Unlike the standard forced-air furnace, your furnace uses an electrostatic filter to clean your home's indoor air. Although your electrostatic filter provides significant improvements in air quality over a conventional furnace filter, it also requires more maintenance—and without any HVAC training, servicing your electrostatic system may seem impossible. However, your electrostatic system isn't as complicated as you may think. Maintain your electrostatic filter by following these furnace service steps.
How Your Electrostatic System Works
To understand how cleaning your electrostatic filter will improve the efficiency of your HVAC system, you must first learn how your filter system works.
Your electrostatic filter is made of three components: cells, prefilters, and charcoal filters. When your blower motor activates and begins pulling air through your filter, any large airborne debris (such as dust, dirt, or pet fur) is trapped into your prefilters. The air then passes through your electrically-charged cells. When small debris particles (such as bacteria and pollen) enter your cells, the electrostatic field in your cells traps and neutralizes the particles. Upon exiting your cells, any remaining odor in the air is neutralized by your charcoal filters.
After hundreds of hours of use, your prefilters can become clogged and restrict the airflow in the rest of your filter and HVAC system. Debris that manages to slip through your prefilters will dirty your cells and reduce their efficiency. Additionally, your charcoal filters will eventually become unable to remove the foul odors present in your indoor air.
Remove Your Components
To begin servicing your electrostatic filter system, turn off the power to your system and wait a couple minutes for the electrostatic charge in your cells to dissipate. Open the access door on your filter housing and pull out your prefilters, cells, and charcoal filters. Take note of how your cells are positioned before removing them—if your cells aren't reinstalled in their original position and direction, then your system won't work properly.
Wash Your Cells and Prefilters
Luckily, you won't need any chemical cleaners to wash your cells and prefilters. Instead, use a mixture of warm water and mild dish soap. Use about half a cup of dish soap for each gallon of water to ensure a thorough cleaning.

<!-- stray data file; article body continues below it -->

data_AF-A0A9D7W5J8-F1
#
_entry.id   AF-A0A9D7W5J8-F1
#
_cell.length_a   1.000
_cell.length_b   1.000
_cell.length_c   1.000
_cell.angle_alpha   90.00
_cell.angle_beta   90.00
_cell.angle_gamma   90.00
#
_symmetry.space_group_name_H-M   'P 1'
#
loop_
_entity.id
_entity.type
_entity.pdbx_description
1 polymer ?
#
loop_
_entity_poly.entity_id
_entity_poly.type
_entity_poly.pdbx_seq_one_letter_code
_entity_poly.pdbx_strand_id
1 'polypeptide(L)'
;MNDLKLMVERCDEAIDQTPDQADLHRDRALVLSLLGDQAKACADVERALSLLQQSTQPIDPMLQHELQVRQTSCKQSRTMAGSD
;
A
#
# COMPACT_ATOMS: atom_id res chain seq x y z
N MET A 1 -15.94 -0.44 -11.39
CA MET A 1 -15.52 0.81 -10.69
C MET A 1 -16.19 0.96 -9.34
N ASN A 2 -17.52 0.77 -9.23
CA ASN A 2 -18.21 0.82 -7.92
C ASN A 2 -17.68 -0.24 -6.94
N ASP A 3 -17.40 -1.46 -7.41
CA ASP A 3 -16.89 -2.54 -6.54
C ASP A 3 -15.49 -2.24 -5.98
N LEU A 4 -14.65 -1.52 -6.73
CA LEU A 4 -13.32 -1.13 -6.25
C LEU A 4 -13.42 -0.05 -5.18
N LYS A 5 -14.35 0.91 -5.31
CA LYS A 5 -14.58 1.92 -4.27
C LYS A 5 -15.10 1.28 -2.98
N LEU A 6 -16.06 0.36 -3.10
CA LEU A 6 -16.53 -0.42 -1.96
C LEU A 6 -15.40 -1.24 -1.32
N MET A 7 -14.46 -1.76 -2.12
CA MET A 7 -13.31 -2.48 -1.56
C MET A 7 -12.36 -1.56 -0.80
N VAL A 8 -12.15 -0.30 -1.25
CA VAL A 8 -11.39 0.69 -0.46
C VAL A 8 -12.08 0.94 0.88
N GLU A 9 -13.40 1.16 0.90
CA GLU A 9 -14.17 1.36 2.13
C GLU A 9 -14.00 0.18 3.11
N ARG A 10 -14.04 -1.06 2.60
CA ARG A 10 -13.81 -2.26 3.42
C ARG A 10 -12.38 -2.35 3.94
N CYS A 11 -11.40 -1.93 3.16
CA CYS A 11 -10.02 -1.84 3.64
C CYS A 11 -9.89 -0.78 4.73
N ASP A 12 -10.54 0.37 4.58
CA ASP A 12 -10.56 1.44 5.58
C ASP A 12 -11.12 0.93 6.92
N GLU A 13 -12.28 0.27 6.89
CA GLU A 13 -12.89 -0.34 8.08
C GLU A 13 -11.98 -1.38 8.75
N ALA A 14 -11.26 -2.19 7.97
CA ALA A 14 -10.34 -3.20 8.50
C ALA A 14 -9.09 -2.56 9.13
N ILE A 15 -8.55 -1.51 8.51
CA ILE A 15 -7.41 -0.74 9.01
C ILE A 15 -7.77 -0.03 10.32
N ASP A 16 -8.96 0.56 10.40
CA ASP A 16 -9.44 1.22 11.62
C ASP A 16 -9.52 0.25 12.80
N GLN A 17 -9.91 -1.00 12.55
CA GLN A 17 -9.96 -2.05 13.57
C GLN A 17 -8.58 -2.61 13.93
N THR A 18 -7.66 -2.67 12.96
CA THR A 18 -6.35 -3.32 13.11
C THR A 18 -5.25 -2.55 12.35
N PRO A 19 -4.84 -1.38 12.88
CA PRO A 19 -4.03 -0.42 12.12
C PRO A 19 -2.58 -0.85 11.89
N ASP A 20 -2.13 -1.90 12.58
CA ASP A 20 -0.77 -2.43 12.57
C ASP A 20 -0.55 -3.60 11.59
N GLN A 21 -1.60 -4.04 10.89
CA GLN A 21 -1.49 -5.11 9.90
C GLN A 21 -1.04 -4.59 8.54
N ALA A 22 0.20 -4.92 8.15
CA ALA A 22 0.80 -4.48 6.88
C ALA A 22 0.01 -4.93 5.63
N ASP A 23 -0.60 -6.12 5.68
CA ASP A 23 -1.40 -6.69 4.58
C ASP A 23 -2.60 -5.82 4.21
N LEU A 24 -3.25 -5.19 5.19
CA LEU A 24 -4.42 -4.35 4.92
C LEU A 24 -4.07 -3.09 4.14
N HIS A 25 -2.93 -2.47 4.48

Fill your bathtub or kitchen sink with your soap solution and place your cells and prefilters into the solution. Let them soak for five minutes before removing them and spraying them with your garden hose. Make sure the water pressure through your hose isn't too powerful. If there's too much pressure, then the water blasting out of your hose is likely to bend your prefilters or damage your cells. After washing off your soap solution, let your cells and prefilters air dry.
Replace Your Charcoal Filters
Unfortunately, your charcoal filters cannot be washed. Instead, they must be replaced. Contact your system's manufacturer for replacement filters or find compatible charcoal filters at your local home improvement store. You can slide your replacement charcoal filters into your electrostatic system while your cells and prefilters are drying.
Reinstall Your Components
Once your components are dry, guide your prefilters back into their slots inside your electrostatic filter housing. Position your cells in their original direction and slide them back into your filter housing. Depending on your specific housing, you may need to slide your cells along the grooves or ridges on the base of your housing. Once your components are reinstalled, close your access door.
Test Your Work
Restore the power supply to your electrostatic system and activate your furnace. If your components were properly cleaned and reinstalled, you'll notice a significant improvement in the quality of your indoor air. Monitor the cleanliness of your system over the next few weeks and perform another cleaning when necessary. Continue cleaning your filter system at a regular interval to ensure consistent operation.
If your system doesn't work properly after performing your cleaning, or if you have difficulty at any step in the cleaning process, then hire a professional HVAC technician to inspect and service your electrostatic filter system.